Couple of things on the agenda tonight, starting off with a quick explanation of what changed on the models in the last couple of days to make the weekend snow threat all but vanish. Then, we’ll move to the extended day by day forecast, and finally, talk about a potential storm for Christmas eve and how it will help set up a much more wintry pattern in it’s wake.
First, the weekend storm(Or what was the weekend storm). At the time of our last post, models had fairly strong consensus on a coastal storm gathering in the gulf and coming up the coastline, bringing a round of precipitation and possible wintry weather to the region. However, over the last 36 hours or so, we’ve seen a strong trend in the models towards deamplifying this system, and as a result, a storm forecast to be sub 990 milibars will now struggle to break below the 1,000 barrier. As a result, the storm won’t have the energy to come up the coastline and pull in cold air, and as a result, we get nothing but some light rain and warmer temps.
Why is this happening? There are a few reasons, but by far the largest has been the trend for the next system, currently modeled to be Christmas eve, to move forward in time on modeling. This causes the pacific jet to become stronger, and when it smashes into the ridge in the west, it knocks it down as it enters the CONUS, and as a result the mechanism for amplification is not there. Previously, it was modeled to stay offshore long enough to allow the first storm to amplify, but now, it has sped up in time, and as a result, when the first storm is trying to come up the coast and amplify, it cannot do so.
Some weak waves of moisture may still reach us, but given the warm antecedent airmass, would expect mainly rain showers on the coastline with rain and/or snow showers inland. Minor accumulations may be possible inland, but nothing of any significance is expected with this event. There is a low(~10%) probability that this trends back towards the original depiction, but for all intents and purposes, this event is done for anything more than a minor impact.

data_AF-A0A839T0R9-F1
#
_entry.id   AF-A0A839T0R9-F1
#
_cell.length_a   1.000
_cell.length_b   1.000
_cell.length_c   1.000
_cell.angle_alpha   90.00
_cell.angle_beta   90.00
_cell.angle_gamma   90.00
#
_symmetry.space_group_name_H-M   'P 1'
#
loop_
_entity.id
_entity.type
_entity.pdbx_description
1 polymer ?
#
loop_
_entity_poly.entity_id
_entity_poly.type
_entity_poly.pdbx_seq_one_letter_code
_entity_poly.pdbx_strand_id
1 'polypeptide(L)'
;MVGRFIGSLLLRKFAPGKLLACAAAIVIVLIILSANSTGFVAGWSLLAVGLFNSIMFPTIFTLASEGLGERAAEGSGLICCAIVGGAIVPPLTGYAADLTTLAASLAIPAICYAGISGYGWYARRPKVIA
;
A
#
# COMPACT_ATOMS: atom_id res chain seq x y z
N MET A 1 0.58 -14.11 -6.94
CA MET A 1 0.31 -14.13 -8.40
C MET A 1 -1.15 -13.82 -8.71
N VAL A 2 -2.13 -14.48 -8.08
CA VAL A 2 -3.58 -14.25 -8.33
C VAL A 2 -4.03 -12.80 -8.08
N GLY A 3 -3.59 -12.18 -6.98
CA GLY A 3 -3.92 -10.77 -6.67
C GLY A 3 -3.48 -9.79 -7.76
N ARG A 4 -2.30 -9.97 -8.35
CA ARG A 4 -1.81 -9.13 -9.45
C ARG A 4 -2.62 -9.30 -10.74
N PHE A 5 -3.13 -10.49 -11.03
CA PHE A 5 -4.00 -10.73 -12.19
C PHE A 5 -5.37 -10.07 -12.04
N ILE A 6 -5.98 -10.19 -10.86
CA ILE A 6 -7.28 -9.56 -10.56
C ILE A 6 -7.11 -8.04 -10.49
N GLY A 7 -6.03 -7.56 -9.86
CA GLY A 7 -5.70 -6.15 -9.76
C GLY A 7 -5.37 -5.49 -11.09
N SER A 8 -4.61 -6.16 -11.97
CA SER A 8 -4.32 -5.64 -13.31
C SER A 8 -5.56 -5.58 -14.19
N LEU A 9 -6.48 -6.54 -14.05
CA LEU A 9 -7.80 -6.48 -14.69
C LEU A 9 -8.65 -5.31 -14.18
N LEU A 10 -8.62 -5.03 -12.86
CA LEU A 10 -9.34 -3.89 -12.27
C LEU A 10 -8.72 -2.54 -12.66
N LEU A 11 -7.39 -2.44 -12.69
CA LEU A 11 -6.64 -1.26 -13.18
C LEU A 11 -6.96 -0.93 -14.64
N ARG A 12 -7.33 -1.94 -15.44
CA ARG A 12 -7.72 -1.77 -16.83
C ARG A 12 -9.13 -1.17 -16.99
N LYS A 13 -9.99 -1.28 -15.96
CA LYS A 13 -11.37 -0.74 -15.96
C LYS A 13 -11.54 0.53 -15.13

An aside for a second. This is exactly the reason why one shouldn’t be speaking in specifics or certainties when you’re 5+ days out, because all it takes is a small change on modeling to make a completely different scenario. It’s not that we don’t want to answer your questions on amounts and impacts from such a long lead-time, but that we can’t do so with any sort of reliable accuracy. Sure, sometimes a storm remains consistent on modeling for the entire period leading up to it, but more often than not, you see these sorts of changes and that’s why we don’t like to speak in specifics when the leadtime is more than a few days.
We’ll see generally calm and quiet weather for the first half of the period, before things get more active towards the end of the forecast. Let’s break it down day by day, interjecting with some commentary as needed.
Tomorrow: A chance of morning snow/rain showers, otherwise, partly sunny, with highs in the lower 40s, except in the NW hills, where highs will be in the mid 30s. Chance of precipitation is 40%
Modeling swings an upper level disturbance over the region tonight, but it’s lacking any moisture for more than a few snow/rain showers. An isolated dusting to an inch is possible in the higher terrain, but the most likely result for any area is nothing.